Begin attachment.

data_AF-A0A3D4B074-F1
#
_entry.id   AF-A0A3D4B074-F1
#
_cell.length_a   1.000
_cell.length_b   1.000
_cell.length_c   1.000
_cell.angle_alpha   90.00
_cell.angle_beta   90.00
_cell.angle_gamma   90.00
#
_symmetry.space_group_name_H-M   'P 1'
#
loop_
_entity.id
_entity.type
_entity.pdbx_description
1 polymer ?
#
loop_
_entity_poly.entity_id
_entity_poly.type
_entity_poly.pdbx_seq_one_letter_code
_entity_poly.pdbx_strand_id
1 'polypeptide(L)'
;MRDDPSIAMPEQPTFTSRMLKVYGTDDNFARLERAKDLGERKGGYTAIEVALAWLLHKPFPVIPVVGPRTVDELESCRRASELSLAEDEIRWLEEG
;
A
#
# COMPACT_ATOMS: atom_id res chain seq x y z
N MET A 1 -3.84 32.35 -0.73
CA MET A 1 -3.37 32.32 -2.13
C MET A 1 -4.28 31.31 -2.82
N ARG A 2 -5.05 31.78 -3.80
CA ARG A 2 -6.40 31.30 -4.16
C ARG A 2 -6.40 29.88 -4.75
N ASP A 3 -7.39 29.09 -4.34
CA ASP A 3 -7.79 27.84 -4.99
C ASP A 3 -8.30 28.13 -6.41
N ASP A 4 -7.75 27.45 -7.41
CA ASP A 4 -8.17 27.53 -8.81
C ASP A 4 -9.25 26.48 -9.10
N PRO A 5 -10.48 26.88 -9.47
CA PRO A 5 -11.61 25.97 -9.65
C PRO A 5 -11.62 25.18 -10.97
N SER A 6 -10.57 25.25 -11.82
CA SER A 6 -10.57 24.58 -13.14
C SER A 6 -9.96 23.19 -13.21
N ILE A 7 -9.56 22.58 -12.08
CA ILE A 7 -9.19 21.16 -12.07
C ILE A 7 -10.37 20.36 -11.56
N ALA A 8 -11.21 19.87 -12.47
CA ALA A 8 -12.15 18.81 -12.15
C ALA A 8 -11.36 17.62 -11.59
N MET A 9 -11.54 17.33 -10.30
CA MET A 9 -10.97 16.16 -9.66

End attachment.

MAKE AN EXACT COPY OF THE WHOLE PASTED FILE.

data_AF-A0A3D4B074-F1
#
_entry.id   AF-A0A3D4B074-F1
#
_cell.length_a   1.000
_cell.length_b   1.000
_cell.length_c   1.000
_cell.angle_alpha   90.00
_cell.angle_beta   90.00
_cell.angle_gamma   90.00
#
_symmetry.space_group_name_H-M   'P 1'
#
loop_
_entity.id
_entity.type
_entity.pdbx_description
1 polymer ?
#
loop_
_entity_poly.entity_id
_entity_poly.type
_entity_poly.pdbx_seq_one_letter_code
_entity_poly.pdbx_strand_id
1 'polypeptide(L)'
;MRDDPSIAMPEQPTFTSRMLKVYGTDDNFARLERAKDLGERKGGYTAIEVALAWLLHKPFPVIPVVGPRTVDELESCRRASELSLAEDEIRWLEEG
;
A
#
# COMPACT_ATOMS: atom_id res chain seq x y z
N MET A 1 -3.84 32.35 -0.73
CA MET A 1 -3.37 32.32 -2.13
C MET A 1 -4.28 31.31 -2.82
N ARG A 2 -5.05 31.78 -3.80
CA ARG A 2 -6.40 31.30 -4.16
C ARG A 2 -6.40 29.88 -4.75
N ASP A 3 -7.39 29.09 -4.34
CA ASP A 3 -7.79 27.84 -4.99
C ASP A 3 -8.30 28.13 -6.41
N ASP A 4 -7.75 27.45 -7.41
CA ASP A 4 -8.17 27.53 -8.81
C ASP A 4 -9.25 26.48 -9.10
N PRO A 5 -10.48 26.88 -9.47
CA PRO A 5 -11.61 25.97 -9.65
C PRO A 5 -11.62 25.18 -10.97
N SER A 6 -10.57 25.25 -11.82
CA SER A 6 -10.57 24.58 -13.14
C SER A 6 -9.96 23.19 -13.21
N ILE A 7 -9.56 22.58 -12.08
CA ILE A 7 -9.19 21.16 -12.07
C ILE A 7 -10.37 20.36 -11.56
N ALA A 8 -11.21 19.87 -12.47
CA ALA A 8 -12.15 18.81 -12.15
C ALA A 8 -11.36 17.62 -11.59
N MET A 9 -11.54 17.33 -10.30
CA MET A 9 -10.97 16.16 -9.66